White House Press Secretary Jay Carney was asked Wednesday whether the Obama administration "dropped the ball" on Fisker Automotive, the flailing electric car company, due to reports that the Energy Department was warned as early as June of 2010 Fisker was failing to meet its goals, yet didn't suspend the loan until a year later.
Carney called the "broader array" of investments in alternative energy "positive and necessary" even though the government's misadventures in venture capitalism have cost taxpayers billions of dollars.
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"I think that the necessity that we have as a nation to move forward on investments in alternative energy, to make sure that we develop the industries of the future in this country … as opposed to importing alternative energy in a manner that we for so long imported fossil fuel energy, is absolutely the right thing to do, and this president's committed to it," Carney said. "The fact is the broader array of investments have been positive and necessary, and the overall need to invest in alternative technologies in the energy field is essential for our energy independence in the future and our national security interests."
Carney dismissed the documents warning the Energy Department about Fisker as a "false controversy," but history shows this was yet another in a long line of green energy flops championed by this administration.
The Washington Free Beacon reported Fisker's long-range luxury car, called the Karma, cost more than $100,000 but was saddled with a failing grade from Consumer Reports, faced multiple technical problems, and was temporarily halted after Fisker’s battery manufacturer, A123 Systems, went bankrupt:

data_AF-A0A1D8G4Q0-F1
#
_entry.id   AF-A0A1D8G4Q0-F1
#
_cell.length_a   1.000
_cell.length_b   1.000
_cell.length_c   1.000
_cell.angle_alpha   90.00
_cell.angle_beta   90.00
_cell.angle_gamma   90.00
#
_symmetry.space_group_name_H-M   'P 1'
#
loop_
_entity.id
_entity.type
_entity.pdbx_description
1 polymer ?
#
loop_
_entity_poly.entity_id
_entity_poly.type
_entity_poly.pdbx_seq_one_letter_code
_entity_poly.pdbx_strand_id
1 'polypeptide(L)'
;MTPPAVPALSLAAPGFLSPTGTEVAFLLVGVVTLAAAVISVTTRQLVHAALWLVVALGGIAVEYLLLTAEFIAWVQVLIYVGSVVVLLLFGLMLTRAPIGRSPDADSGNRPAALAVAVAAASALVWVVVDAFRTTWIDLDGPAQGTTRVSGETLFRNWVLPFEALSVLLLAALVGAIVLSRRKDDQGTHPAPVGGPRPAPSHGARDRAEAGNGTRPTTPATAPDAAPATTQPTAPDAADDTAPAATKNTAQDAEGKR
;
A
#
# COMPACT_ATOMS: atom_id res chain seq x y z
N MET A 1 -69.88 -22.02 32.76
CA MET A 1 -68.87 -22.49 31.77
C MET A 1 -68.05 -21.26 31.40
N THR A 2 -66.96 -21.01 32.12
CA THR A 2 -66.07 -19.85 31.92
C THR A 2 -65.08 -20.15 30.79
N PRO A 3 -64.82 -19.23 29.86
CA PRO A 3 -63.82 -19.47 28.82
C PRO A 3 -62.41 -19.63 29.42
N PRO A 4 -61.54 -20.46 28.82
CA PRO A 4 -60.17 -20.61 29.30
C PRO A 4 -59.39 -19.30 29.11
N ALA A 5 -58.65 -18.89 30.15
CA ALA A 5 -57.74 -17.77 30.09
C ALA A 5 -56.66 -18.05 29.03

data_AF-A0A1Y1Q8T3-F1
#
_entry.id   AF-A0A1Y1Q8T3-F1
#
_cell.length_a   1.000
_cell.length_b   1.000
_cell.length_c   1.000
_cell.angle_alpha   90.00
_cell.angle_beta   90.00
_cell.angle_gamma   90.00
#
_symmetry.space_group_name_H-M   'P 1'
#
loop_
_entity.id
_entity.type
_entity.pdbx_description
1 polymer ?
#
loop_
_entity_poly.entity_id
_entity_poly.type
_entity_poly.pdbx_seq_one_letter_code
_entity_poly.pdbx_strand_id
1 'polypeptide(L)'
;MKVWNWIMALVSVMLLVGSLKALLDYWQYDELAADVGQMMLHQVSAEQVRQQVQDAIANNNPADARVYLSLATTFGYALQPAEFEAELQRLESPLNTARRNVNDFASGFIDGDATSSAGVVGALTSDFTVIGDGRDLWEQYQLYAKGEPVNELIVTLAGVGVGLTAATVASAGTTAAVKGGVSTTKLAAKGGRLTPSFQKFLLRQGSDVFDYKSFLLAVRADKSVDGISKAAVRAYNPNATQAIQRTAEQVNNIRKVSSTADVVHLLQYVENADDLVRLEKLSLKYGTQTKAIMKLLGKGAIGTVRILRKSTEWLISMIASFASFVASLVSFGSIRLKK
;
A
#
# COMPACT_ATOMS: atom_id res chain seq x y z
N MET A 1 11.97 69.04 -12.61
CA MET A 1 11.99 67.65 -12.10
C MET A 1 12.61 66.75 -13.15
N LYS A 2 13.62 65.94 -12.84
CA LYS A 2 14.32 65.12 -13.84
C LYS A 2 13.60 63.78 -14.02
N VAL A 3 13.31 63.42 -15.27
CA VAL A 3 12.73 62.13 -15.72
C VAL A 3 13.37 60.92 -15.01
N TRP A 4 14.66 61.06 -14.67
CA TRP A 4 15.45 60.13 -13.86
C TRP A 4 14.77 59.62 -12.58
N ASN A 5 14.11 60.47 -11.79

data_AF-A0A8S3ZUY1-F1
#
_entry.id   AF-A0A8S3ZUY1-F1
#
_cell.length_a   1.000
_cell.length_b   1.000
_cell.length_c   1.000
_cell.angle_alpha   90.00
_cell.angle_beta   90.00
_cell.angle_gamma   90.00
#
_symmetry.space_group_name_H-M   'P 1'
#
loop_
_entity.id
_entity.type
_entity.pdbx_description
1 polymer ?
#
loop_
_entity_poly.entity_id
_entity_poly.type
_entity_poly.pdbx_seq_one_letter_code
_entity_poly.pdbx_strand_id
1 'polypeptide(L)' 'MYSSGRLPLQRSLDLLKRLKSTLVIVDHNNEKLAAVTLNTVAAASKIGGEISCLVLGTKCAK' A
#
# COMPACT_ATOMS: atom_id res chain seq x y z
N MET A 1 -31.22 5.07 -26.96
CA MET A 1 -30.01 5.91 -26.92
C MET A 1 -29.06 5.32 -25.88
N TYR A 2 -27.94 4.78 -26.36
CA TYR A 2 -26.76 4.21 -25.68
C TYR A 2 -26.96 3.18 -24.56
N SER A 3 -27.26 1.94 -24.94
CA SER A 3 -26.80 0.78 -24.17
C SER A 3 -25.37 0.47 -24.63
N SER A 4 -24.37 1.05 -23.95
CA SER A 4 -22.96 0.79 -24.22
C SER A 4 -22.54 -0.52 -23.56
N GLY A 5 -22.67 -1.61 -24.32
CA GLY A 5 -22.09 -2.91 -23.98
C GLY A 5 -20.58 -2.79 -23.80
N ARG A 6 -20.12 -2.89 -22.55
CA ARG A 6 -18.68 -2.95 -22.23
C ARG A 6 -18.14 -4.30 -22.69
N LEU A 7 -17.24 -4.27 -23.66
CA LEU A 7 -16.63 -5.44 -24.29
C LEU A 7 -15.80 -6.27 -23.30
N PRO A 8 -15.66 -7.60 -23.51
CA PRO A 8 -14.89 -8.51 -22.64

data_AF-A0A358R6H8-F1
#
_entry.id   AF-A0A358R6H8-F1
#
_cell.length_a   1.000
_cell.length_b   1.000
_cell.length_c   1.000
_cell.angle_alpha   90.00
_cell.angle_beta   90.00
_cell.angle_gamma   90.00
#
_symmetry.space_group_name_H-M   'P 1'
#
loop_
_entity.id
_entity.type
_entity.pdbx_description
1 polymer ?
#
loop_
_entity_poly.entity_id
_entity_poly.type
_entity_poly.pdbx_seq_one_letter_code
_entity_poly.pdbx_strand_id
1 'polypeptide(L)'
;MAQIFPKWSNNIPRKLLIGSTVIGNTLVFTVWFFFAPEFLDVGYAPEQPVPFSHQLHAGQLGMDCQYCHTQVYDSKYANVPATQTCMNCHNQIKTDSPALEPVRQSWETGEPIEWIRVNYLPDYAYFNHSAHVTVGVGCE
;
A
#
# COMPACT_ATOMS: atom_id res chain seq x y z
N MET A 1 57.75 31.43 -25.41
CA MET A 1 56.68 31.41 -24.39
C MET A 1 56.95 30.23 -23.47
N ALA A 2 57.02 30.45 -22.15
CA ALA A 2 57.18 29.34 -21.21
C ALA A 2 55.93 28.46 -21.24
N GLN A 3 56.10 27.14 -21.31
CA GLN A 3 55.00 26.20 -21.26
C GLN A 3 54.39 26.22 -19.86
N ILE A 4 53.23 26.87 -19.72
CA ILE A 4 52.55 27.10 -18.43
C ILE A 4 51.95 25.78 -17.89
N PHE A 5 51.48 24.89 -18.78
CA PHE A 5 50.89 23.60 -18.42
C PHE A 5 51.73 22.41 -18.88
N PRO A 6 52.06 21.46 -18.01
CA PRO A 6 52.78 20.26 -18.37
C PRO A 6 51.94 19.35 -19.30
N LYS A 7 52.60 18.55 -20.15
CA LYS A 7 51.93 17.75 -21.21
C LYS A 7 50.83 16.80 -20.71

Fisker was one of several companies to receive millions in direct loans from the Department of Energy under the Alternative Technology Vehicle Manufacturing loan program.
The department approved a $529 million dollar loan to Fisker to support the development of two different electric cars, the Karma and Nina. Only a portion of the loan was delivered after the company failed to meet development milestones.
It is now facing a lawsuit from workers arguing they did not receive the legally mandated forewarning of their firing.
The best-known example of a green energy failure was Solyndra, the solar panel firm that received a $535-million loan in 2009 and went under two years later. Critics slammed the lost investment as a prime example of crony capitalism by the Obama administration.
Solopower, a California-based solar panel company which received hundreds of million dollars in federal and state incentives, was reported last month to be struggling with production delays and layoffs.
Obama earlier touted A123 Systems, a battery maker that received more than $250 million in taxpayer funding, as a successful example of public investment in green energy, but it went bankrupt last fall.
Abound Solar and First Solar also have floundered despite huge funding from taxpayers.